Another thing to take into consideration is that not everyone on home PC's has the fastest PC and connection. My old dinosaur finally died and got replaced and things are much quicker even with the same connection (which I'd upgraded with the old PC and things still went very slow). If a page takes too long to load I am just not going to go there. There are a couple of blogs that never ever make it outside of Google reader just because there's so many widgets, gidgets and pics on them the load time is frustrating.

The comments on the DA thread should be helpful to any author - there are readers there telling what they do and don't want to see.

I also think blogging is great for authors - that is when they talk about more than their books. I like to know what they are researching, odd bits of history, etc. An author who has a blog merely to make announcements about the availability of his/her book and providing me with links to Amazon to purchase said books will go on permanent ignore.

For me the best thing and what you see here at HFO and Goodreads is author's participating in reader discussions as readers. One time over at Goodreads Sharon and EC were helping out on a discussion and in comes a group member just impressed as all get-out at that and said she'd be putting them on her to-read list lickety split. I'm more inclined to try out a new author if I see they have similar reading tastes to mine.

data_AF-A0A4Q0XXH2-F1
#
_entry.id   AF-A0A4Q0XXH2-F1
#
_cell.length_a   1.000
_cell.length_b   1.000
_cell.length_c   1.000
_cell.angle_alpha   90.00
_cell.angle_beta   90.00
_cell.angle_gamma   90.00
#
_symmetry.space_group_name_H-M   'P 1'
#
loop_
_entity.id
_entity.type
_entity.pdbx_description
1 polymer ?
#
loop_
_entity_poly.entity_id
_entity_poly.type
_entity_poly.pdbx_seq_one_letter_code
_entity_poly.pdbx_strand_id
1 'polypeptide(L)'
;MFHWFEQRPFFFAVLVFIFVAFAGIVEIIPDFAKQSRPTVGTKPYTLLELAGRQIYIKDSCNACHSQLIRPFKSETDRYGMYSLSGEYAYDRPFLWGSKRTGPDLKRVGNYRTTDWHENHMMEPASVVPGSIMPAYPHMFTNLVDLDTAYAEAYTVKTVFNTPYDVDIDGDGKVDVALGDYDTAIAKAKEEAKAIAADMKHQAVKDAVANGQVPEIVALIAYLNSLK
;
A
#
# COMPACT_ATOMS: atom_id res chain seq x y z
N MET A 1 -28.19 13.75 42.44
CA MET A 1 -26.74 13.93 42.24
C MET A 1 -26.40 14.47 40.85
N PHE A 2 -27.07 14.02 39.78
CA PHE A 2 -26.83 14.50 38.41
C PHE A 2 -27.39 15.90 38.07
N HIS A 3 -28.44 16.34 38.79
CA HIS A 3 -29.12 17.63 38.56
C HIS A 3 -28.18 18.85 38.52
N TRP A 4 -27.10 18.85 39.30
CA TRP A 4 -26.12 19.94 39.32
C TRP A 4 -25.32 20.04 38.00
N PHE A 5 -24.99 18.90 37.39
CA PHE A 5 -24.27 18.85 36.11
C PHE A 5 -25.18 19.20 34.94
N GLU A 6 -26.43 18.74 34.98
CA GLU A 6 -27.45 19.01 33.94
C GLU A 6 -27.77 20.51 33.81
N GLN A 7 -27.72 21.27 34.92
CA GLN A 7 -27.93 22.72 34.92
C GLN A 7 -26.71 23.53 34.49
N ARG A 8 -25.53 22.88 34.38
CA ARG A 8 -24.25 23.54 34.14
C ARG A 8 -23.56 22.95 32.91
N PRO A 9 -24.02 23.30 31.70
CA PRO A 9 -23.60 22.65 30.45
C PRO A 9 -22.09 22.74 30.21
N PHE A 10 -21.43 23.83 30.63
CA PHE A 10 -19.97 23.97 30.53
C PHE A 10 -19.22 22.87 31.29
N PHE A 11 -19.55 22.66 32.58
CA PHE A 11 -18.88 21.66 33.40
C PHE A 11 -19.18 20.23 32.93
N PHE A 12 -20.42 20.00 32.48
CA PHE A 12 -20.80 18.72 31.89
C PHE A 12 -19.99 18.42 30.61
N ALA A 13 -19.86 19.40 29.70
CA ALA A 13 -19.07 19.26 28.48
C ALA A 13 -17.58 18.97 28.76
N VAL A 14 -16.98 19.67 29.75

Last edited by Misfit on Thu December 9th, 2010, 4:25 pm, edited 1 time in total.
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Post by Libby » Thu December 9th, 2010, 9:49 pm

An interesting thread and article. I agree that to be successful as an author you need to help yourself, but no-one wants to keep reading about your book so it has to be a balancing act.

I have a Facebook friend who is an author and most of her posts seem to be links to blog reviews of her book. They get annoying after a while.

I don't deny that a fair bit of what I do on the internet is designed to draw attention to my books, but I do enjoy chatting about other stuff as well - because I'm at home most of the time it's my main social outlet.

I have a website which is just basic information about myself. It's very cheap so it isn't anything spectacular. I have a blog, but I don't talk about my books. It's about historical snippets really. I enjoy writing them. I think people enjoy reading them and if gets me some publicity then that's a bonus - though most of the blog searches that bring visitors to the site are 'Robin Hood's grave'.

As for my personal experience of being published, I think I've been quite lucky. Although there was no marketing budget (and damn near no advance) Waterstone's book shop is supportive of small independent publishers and mine was picked up for their 3 for 2 offer in July. The publisher (bless him) made the payment they demanded and so the book was on those tables near the door for a few weeks.

Apologies for the blatant promo in my signature - but an author has to do what an author has to do! ;)
By Loyalty Bound - the story of the mistress of Richard III.